“Tell me, why should we care?” he asks.
It’s a question I can expect whenever I do a lecture about the looming extinction of most of the world’s 6,000 languages, a great many of which are spoken by small groups of indigenous people. For some reason the question is almost always posed by a man seated in a row somewhere near the back.
Asked to elaborate, he says that if indigenous people want to give up their ancestral language to join the modern world, why should we consider it a tragedy? Languages have always died as time has passed. What’s so special about a language?
The answer I’m supposed to give is that each language, in the way it applies words to things and in the way its grammar works, is a unique window on the world. In Russian there’s no word just for blue; you have to specify whether you mean dark or light blue. In Chinese, you don’t say next week and last week but the week below and the week above. If a language dies, a fascinating way of thinking dies along with it.
I used to say something like that, but lately I have changed my answer.
Certainly, experiments do show that a language can have a fascinating effect on how its speakers think. Russian speakers are on average 124 milliseconds faster than English speakers at identifying when dark blue shades into light blue. A French person is a tad more likely than an Anglophone to imagine a table as having a high voice if it were a cartoon character, because the word is marked as feminine in his language.
This is cool stuff. But the question is whether such infinitesimal differences, perceptible only in a laboratory, qualify as worldviews — cultural standpoints or ways of thinking that we consider important. I think the answer is no.
Furthermore, extrapolating cognitive implications from language differences is a delicate business. In Mandarin Chinese, for example, you can express If you had seen my sister, you’d have known she was pregnant with the same sentence you would use to express the more basic If you see my sister, you know she’s pregnant. One psychologist argued some decades ago that this meant that Chinese makes a person less sensitive to such distinctions, which, let’s face it, is discomfitingly close to saying Chinese people aren’t as quick on the uptake as the rest of us. The truth is more mundane: Hypotheticality and counterfactuality are established more by context in Chinese than in English.
If we can’t consider this aspect of Mandarin a cognitive facet of being Chinese, then we can’t, in fairness, associate the “cool” features of other languages with the worldviews of their speakers. Surely worldviews aren’t only those ways of perceiving things that we consider admirable or charming.
But if a language is not a worldview, what do we tell the guy in the lecture hall? Should we care that in 100 years only about 600 of the current 6,000 languages may be still spoken?
The answer is still yes, but for other reasons.
First, a central aspect of any culture’s existence as a coherent entity is the fact of its having its own language, regardless of what the language happens to be like. Certainly, a culture can thrive without its own language: No one would tell today’s American Indians that if they no longer spoke their ancestral language it would render them non-Indian. Likewise, being Jewish does not require speaking Hebrew or Yiddish.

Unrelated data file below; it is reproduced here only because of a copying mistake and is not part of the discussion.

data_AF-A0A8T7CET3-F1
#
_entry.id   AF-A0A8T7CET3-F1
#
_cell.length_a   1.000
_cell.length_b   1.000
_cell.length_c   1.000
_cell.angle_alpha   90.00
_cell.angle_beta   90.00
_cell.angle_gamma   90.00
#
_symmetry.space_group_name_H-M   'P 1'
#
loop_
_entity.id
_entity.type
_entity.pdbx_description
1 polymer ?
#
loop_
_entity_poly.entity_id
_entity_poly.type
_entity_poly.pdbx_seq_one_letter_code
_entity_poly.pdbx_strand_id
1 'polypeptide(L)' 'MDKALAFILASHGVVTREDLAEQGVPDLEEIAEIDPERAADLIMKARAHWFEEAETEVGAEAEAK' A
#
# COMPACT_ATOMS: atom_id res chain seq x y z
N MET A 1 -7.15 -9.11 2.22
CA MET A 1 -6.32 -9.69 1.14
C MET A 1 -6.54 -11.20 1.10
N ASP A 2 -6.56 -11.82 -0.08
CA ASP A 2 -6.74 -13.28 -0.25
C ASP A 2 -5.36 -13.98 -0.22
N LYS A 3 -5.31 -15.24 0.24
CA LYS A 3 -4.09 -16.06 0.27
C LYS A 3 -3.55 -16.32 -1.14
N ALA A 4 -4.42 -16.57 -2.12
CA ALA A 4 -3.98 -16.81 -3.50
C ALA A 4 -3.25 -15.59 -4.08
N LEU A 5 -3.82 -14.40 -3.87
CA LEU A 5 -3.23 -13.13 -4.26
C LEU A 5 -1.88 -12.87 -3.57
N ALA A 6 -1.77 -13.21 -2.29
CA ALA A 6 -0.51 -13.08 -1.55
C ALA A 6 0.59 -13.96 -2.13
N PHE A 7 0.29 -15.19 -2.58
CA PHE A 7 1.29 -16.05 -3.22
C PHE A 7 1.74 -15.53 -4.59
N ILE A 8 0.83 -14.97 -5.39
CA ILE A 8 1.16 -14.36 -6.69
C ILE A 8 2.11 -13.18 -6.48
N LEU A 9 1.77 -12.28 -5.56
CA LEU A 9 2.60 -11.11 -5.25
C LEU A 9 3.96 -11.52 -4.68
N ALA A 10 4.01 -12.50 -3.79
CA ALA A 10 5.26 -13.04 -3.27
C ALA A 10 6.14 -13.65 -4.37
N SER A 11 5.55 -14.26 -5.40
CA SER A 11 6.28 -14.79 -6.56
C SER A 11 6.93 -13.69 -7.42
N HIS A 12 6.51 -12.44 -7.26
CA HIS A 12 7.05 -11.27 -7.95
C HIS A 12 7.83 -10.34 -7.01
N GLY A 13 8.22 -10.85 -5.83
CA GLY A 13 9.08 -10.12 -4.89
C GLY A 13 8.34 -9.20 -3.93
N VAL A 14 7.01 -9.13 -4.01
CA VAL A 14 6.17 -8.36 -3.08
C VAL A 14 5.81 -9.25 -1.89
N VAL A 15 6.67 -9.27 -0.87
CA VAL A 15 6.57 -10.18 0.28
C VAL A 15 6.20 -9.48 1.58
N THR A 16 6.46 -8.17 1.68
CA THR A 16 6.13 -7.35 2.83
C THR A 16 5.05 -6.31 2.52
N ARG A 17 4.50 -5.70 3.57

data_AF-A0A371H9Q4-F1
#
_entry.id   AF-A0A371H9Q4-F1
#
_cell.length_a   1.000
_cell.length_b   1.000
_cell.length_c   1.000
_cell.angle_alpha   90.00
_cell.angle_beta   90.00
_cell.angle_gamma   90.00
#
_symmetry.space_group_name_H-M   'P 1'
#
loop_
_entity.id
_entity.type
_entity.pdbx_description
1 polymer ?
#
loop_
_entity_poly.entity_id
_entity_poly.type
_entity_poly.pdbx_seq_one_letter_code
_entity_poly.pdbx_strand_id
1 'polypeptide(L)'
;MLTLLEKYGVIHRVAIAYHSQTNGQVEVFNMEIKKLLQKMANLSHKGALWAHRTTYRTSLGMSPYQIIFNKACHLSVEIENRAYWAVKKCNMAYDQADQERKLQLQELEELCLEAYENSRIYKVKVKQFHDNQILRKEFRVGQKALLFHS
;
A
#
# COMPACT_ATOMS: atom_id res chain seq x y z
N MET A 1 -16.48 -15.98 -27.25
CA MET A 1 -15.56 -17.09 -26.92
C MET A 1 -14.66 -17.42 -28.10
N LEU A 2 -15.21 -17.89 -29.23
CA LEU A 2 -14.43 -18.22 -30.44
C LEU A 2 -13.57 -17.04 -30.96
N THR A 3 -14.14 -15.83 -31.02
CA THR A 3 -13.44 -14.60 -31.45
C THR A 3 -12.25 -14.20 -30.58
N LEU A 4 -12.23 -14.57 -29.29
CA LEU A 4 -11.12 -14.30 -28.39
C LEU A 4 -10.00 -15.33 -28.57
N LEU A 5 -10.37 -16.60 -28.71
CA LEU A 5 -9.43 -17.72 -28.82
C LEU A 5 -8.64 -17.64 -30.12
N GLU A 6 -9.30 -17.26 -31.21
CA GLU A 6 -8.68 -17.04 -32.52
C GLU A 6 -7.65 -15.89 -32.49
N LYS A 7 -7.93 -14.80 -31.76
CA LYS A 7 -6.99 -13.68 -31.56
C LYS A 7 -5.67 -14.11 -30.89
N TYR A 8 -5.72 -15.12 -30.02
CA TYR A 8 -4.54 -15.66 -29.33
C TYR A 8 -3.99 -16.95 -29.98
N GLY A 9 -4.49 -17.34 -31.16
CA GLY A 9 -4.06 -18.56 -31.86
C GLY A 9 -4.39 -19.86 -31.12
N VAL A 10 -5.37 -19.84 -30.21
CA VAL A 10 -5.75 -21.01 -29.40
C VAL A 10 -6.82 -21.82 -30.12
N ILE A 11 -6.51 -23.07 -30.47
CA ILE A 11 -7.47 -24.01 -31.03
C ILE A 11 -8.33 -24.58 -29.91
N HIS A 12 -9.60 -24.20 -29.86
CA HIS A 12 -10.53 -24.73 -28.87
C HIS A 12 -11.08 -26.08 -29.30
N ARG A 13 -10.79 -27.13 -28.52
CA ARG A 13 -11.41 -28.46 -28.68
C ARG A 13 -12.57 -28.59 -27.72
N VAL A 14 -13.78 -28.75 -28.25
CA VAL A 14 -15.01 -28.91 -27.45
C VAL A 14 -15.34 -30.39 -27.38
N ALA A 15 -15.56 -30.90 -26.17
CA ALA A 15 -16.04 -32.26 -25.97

Yet because language is so central to being human, to have a language used only with certain other people is a powerful tool for connection and a sense of community. Few would deny, for example, that American Jews who still speak Yiddish in the home are a tighter-knit community, less assimilated into Anglophone American life and less at odds with questions about Jewish identity, than Jews who speak only English.
Second, languages are scientifically interesting even if they don’t index cultural traits. They offer variety equivalent to the diversity of the world’s fauna and flora.
For example, whether or not it says anything about how its speakers think, the fact that there is a language in New Guinea that uses the same word for eat, drink and smoke is remarkable in itself. Another New Guinea language is Yeli Dnye, which not only has 90 sounds to English’s 44, but also has 11 different ways to say “on” depending on whether something is horizontal, vertical, on a point, scattered, attached and more. And there is Berik, where you have to change the verb to indicate what time of day something happened. As with any other feature of the natural world, such variety tests and expands our sense of the possible, of what is “normal.”
These are the arguments I have ready for the “Why should we care?” fellow these days. We should foster efforts to keep as many languages spoken as possible, and to at least document what the rest of them are like.
Cultures, to be sure, show how we are different. Languages, however, are variations on a worldwide, cross-cultural perception of this thing called life.
Surely, that is something to care about.
John McWhorter teaches linguistics, American studies and music history at Columbia University. His latest book is The Language Hoax: Why the World Looks the Same in Any Language.